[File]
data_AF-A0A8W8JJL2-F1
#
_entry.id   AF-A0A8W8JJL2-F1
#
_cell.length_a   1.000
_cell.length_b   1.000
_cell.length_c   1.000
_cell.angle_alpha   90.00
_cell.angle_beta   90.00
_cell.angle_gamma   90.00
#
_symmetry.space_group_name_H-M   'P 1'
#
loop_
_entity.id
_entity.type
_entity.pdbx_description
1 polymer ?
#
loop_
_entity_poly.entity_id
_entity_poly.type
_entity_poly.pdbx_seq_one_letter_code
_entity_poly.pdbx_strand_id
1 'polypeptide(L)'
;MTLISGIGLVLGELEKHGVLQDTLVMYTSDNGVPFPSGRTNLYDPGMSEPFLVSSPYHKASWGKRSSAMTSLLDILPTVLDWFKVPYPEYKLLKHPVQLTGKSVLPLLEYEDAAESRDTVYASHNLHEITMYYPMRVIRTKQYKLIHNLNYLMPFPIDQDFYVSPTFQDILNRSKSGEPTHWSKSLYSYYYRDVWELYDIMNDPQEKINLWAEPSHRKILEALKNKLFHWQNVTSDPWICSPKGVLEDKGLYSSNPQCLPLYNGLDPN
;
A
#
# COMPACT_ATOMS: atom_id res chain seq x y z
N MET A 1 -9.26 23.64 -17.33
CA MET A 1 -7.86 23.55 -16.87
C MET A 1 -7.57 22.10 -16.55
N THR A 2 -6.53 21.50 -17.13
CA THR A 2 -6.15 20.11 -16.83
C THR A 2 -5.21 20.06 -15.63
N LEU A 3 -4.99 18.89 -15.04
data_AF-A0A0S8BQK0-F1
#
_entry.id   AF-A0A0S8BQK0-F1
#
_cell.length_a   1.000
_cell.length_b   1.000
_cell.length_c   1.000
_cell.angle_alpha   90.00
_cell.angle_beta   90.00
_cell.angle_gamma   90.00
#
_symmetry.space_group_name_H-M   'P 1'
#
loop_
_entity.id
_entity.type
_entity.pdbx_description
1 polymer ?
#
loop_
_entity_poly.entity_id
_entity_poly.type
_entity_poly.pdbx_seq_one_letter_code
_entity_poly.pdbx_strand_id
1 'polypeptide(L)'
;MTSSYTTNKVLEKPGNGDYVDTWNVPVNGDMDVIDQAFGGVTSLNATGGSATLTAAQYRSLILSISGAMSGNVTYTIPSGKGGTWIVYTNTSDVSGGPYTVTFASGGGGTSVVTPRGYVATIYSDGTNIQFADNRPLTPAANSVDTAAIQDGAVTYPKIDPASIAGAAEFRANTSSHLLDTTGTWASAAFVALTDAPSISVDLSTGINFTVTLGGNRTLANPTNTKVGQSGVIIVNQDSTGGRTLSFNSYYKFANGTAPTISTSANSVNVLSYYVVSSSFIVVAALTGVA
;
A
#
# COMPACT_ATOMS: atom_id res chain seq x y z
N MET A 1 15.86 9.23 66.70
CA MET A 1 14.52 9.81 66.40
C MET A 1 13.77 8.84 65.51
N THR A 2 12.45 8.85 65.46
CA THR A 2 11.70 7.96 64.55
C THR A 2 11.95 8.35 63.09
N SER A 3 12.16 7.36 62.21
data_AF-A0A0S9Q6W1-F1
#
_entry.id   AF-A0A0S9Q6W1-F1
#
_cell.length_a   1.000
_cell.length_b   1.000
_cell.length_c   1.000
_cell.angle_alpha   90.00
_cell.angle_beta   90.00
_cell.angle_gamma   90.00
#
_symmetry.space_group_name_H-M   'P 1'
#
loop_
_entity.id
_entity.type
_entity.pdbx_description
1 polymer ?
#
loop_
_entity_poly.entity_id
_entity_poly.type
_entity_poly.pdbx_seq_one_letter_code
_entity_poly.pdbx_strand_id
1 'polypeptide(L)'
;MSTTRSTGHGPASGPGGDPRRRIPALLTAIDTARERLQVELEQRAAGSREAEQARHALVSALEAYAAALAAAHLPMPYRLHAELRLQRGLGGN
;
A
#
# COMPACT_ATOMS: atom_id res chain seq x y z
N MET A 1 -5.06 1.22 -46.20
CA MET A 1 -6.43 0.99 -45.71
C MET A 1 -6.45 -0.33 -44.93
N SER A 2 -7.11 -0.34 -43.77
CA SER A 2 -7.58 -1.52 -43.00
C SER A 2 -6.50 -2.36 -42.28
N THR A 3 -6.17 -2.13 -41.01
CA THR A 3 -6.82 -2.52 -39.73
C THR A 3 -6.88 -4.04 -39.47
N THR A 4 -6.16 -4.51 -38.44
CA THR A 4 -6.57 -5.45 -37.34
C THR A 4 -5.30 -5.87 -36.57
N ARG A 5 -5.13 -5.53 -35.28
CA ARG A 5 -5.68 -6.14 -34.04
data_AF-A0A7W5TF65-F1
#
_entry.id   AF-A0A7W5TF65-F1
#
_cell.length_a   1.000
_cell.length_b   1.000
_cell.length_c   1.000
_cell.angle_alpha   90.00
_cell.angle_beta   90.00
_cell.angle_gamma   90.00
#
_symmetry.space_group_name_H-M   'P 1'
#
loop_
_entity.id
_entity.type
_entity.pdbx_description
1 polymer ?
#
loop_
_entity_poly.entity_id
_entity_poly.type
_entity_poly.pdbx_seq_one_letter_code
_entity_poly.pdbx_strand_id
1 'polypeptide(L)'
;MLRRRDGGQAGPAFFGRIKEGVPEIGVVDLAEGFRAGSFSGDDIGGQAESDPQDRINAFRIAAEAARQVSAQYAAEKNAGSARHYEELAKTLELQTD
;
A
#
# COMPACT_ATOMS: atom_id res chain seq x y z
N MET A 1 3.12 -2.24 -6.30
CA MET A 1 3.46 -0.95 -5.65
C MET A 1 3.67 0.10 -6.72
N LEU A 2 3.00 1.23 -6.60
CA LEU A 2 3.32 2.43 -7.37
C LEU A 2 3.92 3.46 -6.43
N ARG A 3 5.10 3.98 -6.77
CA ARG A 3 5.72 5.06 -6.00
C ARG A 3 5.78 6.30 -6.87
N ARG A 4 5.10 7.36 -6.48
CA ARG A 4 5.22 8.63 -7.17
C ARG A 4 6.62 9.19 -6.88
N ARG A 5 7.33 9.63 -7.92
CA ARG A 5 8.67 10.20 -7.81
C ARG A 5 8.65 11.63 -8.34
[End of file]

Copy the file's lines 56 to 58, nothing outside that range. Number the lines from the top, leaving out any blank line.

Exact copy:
#
loop_
_entity_poly.entity_id